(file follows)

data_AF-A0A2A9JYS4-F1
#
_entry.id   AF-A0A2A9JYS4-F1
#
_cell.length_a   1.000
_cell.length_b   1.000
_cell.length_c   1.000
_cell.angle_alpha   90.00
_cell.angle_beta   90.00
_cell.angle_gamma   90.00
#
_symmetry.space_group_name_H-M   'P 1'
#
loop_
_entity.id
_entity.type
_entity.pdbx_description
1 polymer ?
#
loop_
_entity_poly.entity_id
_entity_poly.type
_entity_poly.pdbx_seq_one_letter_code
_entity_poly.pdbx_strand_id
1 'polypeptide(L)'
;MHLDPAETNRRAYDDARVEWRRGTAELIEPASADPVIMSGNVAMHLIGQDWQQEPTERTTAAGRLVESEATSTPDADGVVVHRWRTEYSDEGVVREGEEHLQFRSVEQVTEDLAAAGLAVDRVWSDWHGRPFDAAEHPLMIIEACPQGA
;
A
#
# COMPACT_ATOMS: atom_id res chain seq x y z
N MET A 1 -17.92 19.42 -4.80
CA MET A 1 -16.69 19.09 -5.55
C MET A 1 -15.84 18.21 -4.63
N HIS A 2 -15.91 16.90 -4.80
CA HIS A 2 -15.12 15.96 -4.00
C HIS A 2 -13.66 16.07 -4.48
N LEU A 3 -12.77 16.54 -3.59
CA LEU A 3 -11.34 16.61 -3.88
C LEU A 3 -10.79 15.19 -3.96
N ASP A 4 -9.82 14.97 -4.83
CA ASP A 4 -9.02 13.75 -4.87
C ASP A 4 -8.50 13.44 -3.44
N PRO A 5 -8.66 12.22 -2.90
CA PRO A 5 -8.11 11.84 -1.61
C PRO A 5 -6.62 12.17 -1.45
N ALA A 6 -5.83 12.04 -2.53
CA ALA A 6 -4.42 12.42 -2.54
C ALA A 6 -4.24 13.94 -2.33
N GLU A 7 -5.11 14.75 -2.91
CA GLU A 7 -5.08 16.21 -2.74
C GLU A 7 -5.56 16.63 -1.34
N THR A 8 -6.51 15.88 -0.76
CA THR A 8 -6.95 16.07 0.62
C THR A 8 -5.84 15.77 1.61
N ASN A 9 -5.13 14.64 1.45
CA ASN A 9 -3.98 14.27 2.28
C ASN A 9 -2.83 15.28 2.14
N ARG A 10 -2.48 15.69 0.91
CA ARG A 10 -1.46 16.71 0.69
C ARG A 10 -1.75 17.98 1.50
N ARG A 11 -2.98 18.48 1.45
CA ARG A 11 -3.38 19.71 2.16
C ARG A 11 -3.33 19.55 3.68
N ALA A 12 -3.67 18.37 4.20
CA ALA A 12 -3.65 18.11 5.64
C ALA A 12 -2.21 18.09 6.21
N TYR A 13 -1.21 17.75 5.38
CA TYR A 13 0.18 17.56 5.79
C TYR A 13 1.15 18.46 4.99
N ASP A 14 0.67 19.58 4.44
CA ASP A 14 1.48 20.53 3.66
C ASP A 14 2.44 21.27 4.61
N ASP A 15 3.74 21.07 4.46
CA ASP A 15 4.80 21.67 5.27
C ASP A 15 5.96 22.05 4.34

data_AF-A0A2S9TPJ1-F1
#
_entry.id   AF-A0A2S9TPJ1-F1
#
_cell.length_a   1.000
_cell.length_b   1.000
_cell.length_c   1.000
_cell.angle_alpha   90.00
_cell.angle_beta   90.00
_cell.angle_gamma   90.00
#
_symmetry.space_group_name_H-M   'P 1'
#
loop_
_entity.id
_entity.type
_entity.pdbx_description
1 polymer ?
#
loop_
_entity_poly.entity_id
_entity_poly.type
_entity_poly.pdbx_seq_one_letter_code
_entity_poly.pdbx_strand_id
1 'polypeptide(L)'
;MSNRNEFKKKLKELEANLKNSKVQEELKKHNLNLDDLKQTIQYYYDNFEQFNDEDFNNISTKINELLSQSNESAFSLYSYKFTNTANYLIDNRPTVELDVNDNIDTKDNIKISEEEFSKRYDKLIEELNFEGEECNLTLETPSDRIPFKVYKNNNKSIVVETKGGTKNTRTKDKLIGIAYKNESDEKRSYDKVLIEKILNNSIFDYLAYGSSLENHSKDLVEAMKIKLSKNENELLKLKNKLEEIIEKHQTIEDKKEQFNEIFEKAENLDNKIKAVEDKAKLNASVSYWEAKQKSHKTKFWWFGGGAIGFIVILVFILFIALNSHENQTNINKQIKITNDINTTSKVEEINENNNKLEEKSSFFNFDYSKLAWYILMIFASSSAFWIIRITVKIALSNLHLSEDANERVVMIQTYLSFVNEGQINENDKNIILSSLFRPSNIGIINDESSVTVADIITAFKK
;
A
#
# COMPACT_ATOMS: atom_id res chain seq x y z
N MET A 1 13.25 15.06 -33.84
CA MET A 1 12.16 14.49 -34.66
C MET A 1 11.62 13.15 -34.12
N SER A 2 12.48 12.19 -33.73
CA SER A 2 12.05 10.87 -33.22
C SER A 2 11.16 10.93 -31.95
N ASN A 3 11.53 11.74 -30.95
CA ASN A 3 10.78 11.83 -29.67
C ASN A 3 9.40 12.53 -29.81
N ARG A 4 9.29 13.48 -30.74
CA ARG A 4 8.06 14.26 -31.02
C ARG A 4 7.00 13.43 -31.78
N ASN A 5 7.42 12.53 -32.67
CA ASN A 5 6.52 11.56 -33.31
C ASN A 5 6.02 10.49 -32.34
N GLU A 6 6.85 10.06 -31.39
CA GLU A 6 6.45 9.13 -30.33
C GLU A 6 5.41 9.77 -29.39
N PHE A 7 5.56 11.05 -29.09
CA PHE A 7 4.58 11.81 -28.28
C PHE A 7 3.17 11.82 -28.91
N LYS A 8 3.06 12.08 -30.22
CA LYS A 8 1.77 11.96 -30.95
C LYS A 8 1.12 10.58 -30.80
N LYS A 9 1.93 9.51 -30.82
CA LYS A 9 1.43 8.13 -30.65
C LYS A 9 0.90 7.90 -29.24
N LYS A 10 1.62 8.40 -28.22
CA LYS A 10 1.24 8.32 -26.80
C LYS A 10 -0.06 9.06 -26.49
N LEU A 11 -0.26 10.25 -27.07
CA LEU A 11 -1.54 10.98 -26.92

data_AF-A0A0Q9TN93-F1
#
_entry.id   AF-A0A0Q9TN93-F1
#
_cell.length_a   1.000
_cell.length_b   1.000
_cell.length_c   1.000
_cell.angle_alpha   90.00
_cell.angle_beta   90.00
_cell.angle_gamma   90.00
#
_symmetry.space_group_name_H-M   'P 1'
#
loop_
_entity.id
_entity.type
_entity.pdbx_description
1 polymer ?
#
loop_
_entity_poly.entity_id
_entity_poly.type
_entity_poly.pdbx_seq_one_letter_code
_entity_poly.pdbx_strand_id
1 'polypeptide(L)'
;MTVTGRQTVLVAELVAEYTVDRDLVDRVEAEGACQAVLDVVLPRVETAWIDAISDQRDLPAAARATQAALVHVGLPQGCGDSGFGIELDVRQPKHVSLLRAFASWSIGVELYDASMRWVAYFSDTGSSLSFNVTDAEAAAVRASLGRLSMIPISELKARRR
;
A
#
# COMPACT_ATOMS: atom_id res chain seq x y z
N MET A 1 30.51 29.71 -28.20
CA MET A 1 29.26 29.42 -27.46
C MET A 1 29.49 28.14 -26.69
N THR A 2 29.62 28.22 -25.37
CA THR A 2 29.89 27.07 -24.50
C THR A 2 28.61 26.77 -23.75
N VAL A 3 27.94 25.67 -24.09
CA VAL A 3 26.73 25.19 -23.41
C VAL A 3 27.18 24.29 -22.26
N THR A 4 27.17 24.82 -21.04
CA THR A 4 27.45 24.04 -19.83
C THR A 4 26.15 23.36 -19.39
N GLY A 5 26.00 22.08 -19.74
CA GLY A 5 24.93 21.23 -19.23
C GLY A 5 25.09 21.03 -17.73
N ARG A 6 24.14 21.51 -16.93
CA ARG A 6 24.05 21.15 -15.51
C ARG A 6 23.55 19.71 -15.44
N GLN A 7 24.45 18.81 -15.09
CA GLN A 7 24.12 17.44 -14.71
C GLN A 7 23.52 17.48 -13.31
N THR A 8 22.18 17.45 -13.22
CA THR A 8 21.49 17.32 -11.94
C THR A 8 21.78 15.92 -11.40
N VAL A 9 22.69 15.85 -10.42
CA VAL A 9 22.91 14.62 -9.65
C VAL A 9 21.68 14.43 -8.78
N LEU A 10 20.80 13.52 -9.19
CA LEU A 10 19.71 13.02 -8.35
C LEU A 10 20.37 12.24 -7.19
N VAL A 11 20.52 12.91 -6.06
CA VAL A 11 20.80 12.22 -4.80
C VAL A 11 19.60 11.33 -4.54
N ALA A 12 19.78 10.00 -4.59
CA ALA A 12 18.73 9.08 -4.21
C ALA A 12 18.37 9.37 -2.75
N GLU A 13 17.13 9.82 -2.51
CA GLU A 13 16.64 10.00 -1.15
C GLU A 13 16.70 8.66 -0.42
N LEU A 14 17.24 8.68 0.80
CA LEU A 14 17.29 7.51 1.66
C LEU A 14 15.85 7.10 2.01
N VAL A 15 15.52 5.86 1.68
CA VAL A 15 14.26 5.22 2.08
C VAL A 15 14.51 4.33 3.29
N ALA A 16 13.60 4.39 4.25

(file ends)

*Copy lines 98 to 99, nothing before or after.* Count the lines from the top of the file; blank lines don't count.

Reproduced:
_entity_poly.pdbx_seq_one_letter_code
_entity_poly.pdbx_strand_id